L-1: One Year Employment Requirement
The L-1 non-immigrant visa is an often overlooked method for foreign companies to bring experienced managers and skilled employees to the United States to open a subsidiary entity. It is also a wonderful opportunity for employees to come to work in the United States and bring their families.
However, there are restrictions on who would be considered an employee of the foreign company. The regulations state that the employee must have worked for a year abroad with the same employer or a subsidiary or affiliate of the U.S. Company. The meaning of one year is very complex.
Overseas Employment for One Year in the Preceding Three Year Period
The employee must have completed one continuous year of employment outside the United States within the preceding three years before he can be transferred to the related U.S. Company. However during that one year period, every day that the employee spent inside the United States will add an additional day to the total time that the employee has to be employed by the company.
The employee does not have to have been employed by the related foreign company in the year preceding their transfer to the U.S. related company. The employment only has to occur for a one year period in the past three years. So if the employee was employed for a full year over two years ago then left the company before returning prior to the L-1 visa application, the employee would still be eligible.
The employee must have been employed on a full time basis for one continuous year. Part time employment will be not counted toward the one year continuous year. Breaks in the employment will not be counted also. If the employee worked full time for six months then worked part time for one month then worked full time for the following six months, the employee would not qualify. The employee did not work for a continuous year.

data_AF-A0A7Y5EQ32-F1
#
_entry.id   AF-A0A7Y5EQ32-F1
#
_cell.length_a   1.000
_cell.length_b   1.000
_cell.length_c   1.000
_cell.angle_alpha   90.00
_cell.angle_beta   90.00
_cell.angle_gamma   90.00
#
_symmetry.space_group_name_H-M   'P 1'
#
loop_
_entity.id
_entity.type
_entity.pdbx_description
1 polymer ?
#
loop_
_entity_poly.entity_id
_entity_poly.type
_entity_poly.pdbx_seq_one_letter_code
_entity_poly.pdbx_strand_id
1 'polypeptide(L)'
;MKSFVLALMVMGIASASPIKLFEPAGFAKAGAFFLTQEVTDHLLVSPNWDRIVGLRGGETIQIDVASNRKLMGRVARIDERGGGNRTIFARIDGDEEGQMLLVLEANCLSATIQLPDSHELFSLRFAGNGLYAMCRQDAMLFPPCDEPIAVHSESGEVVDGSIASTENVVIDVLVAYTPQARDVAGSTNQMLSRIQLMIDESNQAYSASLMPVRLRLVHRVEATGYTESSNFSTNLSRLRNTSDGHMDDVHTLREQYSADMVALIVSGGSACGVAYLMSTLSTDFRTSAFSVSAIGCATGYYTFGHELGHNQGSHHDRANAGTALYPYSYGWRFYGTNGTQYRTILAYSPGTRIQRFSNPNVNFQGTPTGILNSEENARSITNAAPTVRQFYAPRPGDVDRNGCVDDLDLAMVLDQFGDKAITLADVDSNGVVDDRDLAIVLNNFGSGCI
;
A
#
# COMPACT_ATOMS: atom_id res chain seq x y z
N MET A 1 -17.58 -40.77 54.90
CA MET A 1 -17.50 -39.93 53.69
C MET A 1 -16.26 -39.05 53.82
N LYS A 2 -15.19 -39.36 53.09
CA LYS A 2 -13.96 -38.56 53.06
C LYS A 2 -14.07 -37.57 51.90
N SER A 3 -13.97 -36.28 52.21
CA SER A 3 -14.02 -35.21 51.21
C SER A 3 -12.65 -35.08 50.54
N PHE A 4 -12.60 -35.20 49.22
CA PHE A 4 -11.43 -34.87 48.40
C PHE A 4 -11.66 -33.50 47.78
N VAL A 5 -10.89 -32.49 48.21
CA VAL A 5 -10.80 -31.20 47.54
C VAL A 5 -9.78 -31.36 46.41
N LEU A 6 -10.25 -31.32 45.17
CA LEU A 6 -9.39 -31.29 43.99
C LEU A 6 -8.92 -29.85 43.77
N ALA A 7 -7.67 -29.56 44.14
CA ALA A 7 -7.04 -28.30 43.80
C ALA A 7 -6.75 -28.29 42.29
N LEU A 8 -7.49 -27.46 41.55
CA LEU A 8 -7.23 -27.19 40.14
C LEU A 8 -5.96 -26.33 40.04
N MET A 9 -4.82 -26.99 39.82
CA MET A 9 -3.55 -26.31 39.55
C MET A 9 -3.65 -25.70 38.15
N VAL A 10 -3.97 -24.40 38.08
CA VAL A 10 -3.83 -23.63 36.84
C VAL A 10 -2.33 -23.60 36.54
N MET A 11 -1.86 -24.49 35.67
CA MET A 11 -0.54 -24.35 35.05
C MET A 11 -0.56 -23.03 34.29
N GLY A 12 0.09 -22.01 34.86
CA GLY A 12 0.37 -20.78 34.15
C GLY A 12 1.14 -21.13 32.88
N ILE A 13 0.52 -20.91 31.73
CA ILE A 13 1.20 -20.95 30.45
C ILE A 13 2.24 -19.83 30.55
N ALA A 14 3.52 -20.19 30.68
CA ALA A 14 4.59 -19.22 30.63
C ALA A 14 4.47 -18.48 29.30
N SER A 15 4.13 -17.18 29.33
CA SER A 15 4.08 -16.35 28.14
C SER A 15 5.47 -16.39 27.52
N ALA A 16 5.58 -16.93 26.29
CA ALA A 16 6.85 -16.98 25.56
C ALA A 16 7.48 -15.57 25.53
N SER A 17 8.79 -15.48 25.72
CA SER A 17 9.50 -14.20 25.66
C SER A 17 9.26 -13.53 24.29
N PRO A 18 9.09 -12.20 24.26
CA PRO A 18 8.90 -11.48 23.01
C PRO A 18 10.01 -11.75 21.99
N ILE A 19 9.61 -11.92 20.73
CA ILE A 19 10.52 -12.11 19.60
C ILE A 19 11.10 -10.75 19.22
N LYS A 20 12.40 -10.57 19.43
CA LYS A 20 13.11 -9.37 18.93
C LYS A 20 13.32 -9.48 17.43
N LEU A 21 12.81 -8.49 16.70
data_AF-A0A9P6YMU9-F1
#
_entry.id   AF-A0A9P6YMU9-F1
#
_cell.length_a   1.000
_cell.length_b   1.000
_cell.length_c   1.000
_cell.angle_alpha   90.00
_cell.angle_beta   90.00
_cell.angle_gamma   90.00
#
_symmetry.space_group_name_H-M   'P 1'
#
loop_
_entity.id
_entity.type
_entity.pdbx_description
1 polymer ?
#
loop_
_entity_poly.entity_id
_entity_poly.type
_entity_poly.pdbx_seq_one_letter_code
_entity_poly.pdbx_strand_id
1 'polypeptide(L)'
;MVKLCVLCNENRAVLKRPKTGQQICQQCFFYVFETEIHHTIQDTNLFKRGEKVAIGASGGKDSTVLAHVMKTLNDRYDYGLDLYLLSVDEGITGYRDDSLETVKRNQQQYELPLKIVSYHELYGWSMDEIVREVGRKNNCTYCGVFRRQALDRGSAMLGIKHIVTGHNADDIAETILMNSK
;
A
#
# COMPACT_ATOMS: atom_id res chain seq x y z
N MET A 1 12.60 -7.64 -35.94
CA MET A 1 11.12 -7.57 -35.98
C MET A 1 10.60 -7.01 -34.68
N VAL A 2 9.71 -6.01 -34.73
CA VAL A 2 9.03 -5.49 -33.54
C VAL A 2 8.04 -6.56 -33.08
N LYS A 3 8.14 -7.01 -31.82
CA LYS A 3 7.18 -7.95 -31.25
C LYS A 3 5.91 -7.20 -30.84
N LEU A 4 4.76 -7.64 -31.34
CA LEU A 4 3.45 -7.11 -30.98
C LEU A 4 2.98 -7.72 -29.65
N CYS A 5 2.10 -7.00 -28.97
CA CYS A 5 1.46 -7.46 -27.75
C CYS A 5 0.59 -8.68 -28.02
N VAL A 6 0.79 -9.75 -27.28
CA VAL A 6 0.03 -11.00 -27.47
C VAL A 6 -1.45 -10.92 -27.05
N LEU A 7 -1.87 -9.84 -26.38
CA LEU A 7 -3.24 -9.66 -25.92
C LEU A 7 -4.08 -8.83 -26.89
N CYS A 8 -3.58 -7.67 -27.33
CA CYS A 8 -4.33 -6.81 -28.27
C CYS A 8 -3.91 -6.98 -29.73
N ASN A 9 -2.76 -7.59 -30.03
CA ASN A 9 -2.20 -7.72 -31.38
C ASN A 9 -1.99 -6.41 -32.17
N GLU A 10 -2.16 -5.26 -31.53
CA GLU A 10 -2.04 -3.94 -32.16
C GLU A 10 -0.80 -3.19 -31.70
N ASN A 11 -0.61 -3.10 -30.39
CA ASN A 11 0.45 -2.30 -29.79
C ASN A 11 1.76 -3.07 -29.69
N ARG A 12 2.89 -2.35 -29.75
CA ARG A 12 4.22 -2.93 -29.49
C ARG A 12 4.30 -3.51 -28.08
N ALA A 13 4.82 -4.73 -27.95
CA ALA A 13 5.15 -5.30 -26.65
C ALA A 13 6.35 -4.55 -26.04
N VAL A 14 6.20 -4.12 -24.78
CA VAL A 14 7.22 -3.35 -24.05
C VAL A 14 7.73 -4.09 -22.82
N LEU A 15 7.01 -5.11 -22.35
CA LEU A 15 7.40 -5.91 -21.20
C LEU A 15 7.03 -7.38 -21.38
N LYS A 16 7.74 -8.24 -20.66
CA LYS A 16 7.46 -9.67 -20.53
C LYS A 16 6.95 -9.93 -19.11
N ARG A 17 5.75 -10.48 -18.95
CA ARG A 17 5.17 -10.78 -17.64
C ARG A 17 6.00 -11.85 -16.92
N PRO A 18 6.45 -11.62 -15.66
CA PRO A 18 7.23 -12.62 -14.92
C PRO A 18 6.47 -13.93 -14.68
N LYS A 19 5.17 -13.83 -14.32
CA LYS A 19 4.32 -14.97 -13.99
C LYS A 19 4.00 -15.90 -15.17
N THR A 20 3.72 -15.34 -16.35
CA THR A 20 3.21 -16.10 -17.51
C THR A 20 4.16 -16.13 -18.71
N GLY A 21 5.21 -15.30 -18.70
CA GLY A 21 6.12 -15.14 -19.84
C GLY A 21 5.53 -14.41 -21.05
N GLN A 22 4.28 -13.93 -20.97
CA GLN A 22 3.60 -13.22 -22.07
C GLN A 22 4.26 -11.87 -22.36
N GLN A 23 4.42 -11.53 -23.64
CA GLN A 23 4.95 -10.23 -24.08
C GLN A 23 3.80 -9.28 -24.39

The employee must have been an actual employee and not an independent contractor. The employee must have been paid directly by the company for services rendered and not a third party. The company must also have continuous control over the individual to be considered an employee such as regulated working times and issuing instructions.
If you have any questions on what is considered employment for L-1 visa, please contact our office. To start your L-1 visa application, please visit this page.
Category: US Business Visa
About the Author (Author Profile)
Mr. Robert R. Virasin is a graduate of the University of California, Los Angeles with a Bachelor Degree in Political Science, Mr. Virasin completed his Juris Doctorate at the University of Houston and a Masters of Laws (Business) from Chulalongkorn University, Bangkok. Mr. Virasin is a member of the State Bar of Texas and is a licensed U.S. attorney with over 15 years of legal experience. Robert is a regular contributor and author of a number of immigration related articles.